New & Upcoming Course Highlights: Web Accessibility, iOS, Rails & Java
Every week, new courses and workshops are published to the growing Treehouse Library! Here’s a short list of what we’ve added recently, upcoming course highlights, and our weekly video update of What’s New at Treehouse.
Developing for accessibility should be part of the standard workflow, but it’s often given too little attention. In this course, you’ll learn about the standards in place to guide developers in creating a web that is accessible to all users as well as techniques to help bring your projects up to those standards.
In this project, you’ll build a weather app and broaden your understanding of Swift and iOS frameworks. We will start by learning foundational concepts like networking and concurrency while building on our existing knowledge of data modeling, view models and more. We’ll even take a look at how we can structure our code better and construct decoupled classes and structs that lead to greater code reuse.
In this workshop, we’re going to show you how to set up a “reverse proxy” between your Rails app and the Internet at large. We’ve going to use a high-performance web server called Nginx as our reverse proxy. Nginx will also serve the static files in our app’s “public/” directory, so Rails doesn’t have to. We’ll also set up Unicorn, an HTTP server that will manage connections to your actual Rails app. Unicorn is good for your site’s stability and speed.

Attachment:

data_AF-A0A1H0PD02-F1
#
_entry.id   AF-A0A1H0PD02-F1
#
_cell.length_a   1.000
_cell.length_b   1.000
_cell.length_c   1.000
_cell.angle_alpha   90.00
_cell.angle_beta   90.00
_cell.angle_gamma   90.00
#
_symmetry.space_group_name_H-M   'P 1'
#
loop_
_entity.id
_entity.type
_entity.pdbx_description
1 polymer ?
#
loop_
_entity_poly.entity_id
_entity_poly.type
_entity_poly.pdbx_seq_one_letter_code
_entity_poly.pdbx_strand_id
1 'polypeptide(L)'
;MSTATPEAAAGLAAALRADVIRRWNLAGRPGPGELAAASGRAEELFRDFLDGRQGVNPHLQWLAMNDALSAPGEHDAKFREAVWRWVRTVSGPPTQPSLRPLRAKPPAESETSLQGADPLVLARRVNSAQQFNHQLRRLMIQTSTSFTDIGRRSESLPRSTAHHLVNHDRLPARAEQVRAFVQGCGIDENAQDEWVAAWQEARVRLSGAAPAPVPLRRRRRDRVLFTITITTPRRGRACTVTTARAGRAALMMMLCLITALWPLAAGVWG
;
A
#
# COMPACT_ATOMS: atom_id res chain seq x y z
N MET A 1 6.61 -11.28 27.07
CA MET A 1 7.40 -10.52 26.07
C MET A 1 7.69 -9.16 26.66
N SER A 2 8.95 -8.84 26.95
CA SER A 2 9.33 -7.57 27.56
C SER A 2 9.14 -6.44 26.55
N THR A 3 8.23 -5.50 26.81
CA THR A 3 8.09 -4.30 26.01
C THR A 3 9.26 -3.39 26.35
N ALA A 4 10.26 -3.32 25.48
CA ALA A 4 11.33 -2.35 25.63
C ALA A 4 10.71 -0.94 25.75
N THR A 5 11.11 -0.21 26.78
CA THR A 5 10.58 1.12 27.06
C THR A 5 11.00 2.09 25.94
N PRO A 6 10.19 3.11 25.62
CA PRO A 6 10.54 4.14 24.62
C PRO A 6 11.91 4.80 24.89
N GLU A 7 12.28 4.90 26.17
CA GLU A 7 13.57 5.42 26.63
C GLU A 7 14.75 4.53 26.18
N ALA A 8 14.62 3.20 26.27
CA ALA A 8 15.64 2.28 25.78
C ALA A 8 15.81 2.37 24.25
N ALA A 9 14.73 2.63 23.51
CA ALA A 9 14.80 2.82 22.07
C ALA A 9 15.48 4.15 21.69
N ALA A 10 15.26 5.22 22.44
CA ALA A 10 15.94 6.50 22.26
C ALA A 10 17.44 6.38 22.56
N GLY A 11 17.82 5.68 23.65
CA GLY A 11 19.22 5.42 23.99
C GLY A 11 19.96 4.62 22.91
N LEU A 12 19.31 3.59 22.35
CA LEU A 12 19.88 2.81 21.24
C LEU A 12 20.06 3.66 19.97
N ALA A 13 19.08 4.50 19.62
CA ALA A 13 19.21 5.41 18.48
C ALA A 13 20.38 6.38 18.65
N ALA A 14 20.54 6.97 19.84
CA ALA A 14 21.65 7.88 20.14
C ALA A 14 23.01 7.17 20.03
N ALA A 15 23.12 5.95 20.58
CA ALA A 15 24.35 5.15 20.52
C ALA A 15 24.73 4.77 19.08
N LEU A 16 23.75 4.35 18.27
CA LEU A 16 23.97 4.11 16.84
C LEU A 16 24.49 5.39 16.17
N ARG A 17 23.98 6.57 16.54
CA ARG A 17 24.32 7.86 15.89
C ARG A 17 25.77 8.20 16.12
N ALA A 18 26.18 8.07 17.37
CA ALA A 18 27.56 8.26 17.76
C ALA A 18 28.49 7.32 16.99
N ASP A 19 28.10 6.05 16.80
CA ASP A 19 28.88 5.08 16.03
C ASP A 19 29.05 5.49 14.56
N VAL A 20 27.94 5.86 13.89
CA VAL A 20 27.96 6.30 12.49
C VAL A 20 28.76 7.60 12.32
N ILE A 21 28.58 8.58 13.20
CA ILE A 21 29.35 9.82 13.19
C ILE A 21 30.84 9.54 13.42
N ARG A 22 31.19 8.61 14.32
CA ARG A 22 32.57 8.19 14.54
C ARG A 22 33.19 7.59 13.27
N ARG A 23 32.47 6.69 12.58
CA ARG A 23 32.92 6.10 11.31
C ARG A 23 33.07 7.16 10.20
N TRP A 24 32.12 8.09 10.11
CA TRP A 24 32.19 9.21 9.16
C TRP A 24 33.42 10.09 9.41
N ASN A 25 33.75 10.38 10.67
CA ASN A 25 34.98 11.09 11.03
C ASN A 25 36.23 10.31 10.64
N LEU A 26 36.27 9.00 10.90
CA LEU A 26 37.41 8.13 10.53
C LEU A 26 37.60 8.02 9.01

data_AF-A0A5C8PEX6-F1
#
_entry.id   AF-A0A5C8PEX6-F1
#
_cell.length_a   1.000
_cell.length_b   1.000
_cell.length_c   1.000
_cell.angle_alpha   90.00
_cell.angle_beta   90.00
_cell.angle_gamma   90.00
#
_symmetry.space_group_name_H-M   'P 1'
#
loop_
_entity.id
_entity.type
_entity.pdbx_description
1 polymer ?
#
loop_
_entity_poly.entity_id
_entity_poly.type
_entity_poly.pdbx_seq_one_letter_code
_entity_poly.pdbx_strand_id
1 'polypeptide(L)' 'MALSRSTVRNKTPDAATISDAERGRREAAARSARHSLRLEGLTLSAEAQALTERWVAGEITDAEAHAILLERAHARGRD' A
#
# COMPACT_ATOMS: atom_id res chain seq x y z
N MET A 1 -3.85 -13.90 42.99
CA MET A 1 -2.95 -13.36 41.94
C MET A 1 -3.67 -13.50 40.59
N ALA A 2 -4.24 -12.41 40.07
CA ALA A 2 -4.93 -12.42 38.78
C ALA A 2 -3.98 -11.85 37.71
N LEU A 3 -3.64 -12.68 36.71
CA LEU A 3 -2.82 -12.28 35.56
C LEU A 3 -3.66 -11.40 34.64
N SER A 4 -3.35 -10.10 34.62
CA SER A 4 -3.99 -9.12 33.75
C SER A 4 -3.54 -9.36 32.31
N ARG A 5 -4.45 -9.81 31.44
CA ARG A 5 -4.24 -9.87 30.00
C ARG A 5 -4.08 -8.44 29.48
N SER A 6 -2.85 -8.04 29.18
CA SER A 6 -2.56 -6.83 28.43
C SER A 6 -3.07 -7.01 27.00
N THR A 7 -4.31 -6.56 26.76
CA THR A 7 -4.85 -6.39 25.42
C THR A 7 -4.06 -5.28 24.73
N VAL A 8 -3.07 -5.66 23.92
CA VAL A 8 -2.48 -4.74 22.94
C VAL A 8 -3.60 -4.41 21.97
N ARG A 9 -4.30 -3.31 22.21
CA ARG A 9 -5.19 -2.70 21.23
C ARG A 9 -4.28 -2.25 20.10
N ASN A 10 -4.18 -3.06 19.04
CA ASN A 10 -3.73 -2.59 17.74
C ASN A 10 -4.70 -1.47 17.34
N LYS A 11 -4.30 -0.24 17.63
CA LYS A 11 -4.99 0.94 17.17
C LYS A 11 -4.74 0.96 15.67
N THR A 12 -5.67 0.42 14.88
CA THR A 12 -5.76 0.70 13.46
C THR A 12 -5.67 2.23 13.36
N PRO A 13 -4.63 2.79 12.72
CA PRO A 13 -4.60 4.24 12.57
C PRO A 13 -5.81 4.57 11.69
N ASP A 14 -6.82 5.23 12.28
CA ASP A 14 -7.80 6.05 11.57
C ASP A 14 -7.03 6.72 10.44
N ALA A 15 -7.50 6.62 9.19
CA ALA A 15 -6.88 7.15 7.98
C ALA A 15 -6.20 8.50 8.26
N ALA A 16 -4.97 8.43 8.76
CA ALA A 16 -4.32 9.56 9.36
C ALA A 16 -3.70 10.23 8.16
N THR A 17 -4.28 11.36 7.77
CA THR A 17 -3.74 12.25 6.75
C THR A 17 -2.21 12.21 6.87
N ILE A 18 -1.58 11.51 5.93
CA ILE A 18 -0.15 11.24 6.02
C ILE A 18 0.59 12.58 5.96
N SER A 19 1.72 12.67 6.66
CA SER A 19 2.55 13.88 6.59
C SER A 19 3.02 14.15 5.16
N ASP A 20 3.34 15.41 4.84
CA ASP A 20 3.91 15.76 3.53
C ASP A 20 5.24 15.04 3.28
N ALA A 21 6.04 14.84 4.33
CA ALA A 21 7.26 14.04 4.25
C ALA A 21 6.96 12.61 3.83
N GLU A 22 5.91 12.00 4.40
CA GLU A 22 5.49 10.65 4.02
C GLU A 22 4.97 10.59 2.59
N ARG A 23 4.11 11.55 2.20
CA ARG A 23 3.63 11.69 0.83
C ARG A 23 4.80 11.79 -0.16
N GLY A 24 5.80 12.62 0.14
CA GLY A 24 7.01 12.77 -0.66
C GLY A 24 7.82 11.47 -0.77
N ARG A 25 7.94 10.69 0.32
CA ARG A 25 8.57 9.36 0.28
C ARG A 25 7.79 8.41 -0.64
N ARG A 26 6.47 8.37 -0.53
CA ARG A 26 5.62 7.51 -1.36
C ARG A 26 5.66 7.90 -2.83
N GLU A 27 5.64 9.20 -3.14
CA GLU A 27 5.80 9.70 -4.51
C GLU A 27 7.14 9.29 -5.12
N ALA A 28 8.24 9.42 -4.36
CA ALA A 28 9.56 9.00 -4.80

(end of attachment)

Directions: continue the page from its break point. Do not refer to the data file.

A powerful feature of functions is that you can compose them together to create a functional pipeline. Let’s explore some use cases!
Deployment with Capistrano – (March)
Deploying a web app to a production server involves steps that you’re going to need to repeat every time you release a new version, such as pulling the changes from Git and restarting your web server. Doing it manually may not seem too bad at first, but over time the potential for mistakes adds up. So in this course, we’re going to show you how to automate deploys to make them fast, easy, and safe. We’ll be using the Ruby community’s most popular deployment framework, Capistrano.